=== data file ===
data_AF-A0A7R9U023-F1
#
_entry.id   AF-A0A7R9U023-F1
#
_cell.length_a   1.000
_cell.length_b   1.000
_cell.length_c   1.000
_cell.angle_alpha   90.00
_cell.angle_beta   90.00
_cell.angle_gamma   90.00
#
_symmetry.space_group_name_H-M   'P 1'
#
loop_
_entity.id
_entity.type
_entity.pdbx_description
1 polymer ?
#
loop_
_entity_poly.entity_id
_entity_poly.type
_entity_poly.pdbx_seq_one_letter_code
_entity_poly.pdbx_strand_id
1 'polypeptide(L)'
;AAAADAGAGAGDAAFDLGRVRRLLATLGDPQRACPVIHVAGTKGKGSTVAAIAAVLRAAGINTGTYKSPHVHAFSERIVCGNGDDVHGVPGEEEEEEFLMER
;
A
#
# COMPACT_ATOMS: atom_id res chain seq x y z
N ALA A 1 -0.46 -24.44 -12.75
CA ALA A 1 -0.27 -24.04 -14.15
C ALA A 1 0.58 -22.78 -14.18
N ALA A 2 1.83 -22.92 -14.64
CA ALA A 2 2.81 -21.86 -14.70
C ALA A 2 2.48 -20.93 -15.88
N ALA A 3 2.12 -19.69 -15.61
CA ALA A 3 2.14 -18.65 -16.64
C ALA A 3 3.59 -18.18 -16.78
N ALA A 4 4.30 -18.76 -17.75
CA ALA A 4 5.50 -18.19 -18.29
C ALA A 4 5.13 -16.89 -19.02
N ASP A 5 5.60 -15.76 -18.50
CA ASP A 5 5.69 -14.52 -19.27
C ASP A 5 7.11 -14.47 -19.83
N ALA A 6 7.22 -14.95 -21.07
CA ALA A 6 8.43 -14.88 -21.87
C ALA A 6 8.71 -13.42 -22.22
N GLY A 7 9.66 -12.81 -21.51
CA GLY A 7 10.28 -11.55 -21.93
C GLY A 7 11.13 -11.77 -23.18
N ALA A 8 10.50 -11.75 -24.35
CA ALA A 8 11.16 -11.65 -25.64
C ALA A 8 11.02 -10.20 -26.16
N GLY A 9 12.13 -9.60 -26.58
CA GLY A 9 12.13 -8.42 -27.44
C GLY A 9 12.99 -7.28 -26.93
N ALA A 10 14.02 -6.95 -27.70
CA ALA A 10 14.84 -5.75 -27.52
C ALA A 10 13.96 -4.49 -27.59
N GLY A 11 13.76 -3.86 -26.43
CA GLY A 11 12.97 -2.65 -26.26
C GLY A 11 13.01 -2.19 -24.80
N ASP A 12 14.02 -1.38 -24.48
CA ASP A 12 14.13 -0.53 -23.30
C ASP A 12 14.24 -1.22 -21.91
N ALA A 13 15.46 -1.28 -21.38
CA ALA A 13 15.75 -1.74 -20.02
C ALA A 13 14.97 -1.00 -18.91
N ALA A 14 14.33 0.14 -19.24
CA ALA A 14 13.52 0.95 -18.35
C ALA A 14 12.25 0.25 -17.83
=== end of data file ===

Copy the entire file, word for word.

data_AF-A0A7R9U023-F1
#
_entry.id   AF-A0A7R9U023-F1
#
_cell.length_a   1.000
_cell.length_b   1.000
_cell.length_c   1.000
_cell.angle_alpha   90.00
_cell.angle_beta   90.00
_cell.angle_gamma   90.00
#
_symmetry.space_group_name_H-M   'P 1'
#
loop_
_entity.id
_entity.type
_entity.pdbx_description
1 polymer ?
#
loop_
_entity_poly.entity_id
_entity_poly.type
_entity_poly.pdbx_seq_one_letter_code
_entity_poly.pdbx_strand_id
1 'polypeptide(L)'
;AAAADAGAGAGDAAFDLGRVRRLLATLGDPQRACPVIHVAGTKGKGSTVAAIAAVLRAAGINTGTYKSPHVHAFSERIVCGNGDDVHGVPGEEEEEEFLMER
;
A
#
# COMPACT_ATOMS: atom_id res chain seq x y z
N ALA A 1 -0.46 -24.44 -12.75
CA ALA A 1 -0.27 -24.04 -14.15
C ALA A 1 0.58 -22.78 -14.18
N ALA A 2 1.83 -22.92 -14.64
CA ALA A 2 2.81 -21.86 -14.70
C ALA A 2 2.48 -20.93 -15.88
N ALA A 3 2.12 -19.69 -15.61
CA ALA A 3 2.14 -18.65 -16.64
C ALA A 3 3.59 -18.18 -16.78
N ALA A 4 4.30 -18.76 -17.75
CA ALA A 4 5.50 -18.19 -18.29
C ALA A 4 5.13 -16.89 -19.02
N ASP A 5 5.60 -15.76 -18.50
CA ASP A 5 5.69 -14.52 -19.27
C ASP A 5 7.11 -14.47 -19.83
N ALA A 6 7.22 -14.95 -21.07
CA ALA A 6 8.43 -14.88 -21.87
C ALA A 6 8.71 -13.42 -22.22
N GLY A 7 9.66 -12.81 -21.51
CA GLY A 7 10.28 -11.55 -21.93
C GLY A 7 11.13 -11.77 -23.18
N ALA A 8 10.50 -11.75 -24.35
CA ALA A 8 11.16 -11.65 -25.64
C ALA A 8 11.02 -10.20 -26.16
N GLY A 9 12.13 -9.60 -26.58
CA GLY A 9 12.13 -8.42 -27.44
C GLY A 9 12.99 -7.28 -26.93
N ALA A 10 14.02 -6.95 -27.70
CA ALA A 10 14.84 -5.75 -27.52
C ALA A 10 13.96 -4.49 -27.59
N GLY A 11 13.76 -3.86 -26.43
CA GLY A 11 12.97 -2.65 -26.26
C GLY A 11 13.01 -2.19 -24.80
N ASP A 12 14.02 -1.38 -24.48
CA ASP A 12 14.13 -0.53 -23.30
C ASP A 12 14.24 -1.22 -21.91
N ALA A 13 15.46 -1.28 -21.38
CA ALA A 13 15.75 -1.74 -20.02
C ALA A 13 14.97 -1.00 -18.91
N ALA A 14 14.33 0.14 -19.24
CA ALA A 14 13.52 0.95 -18.35
C ALA A 14 12.25 0.25 -17.83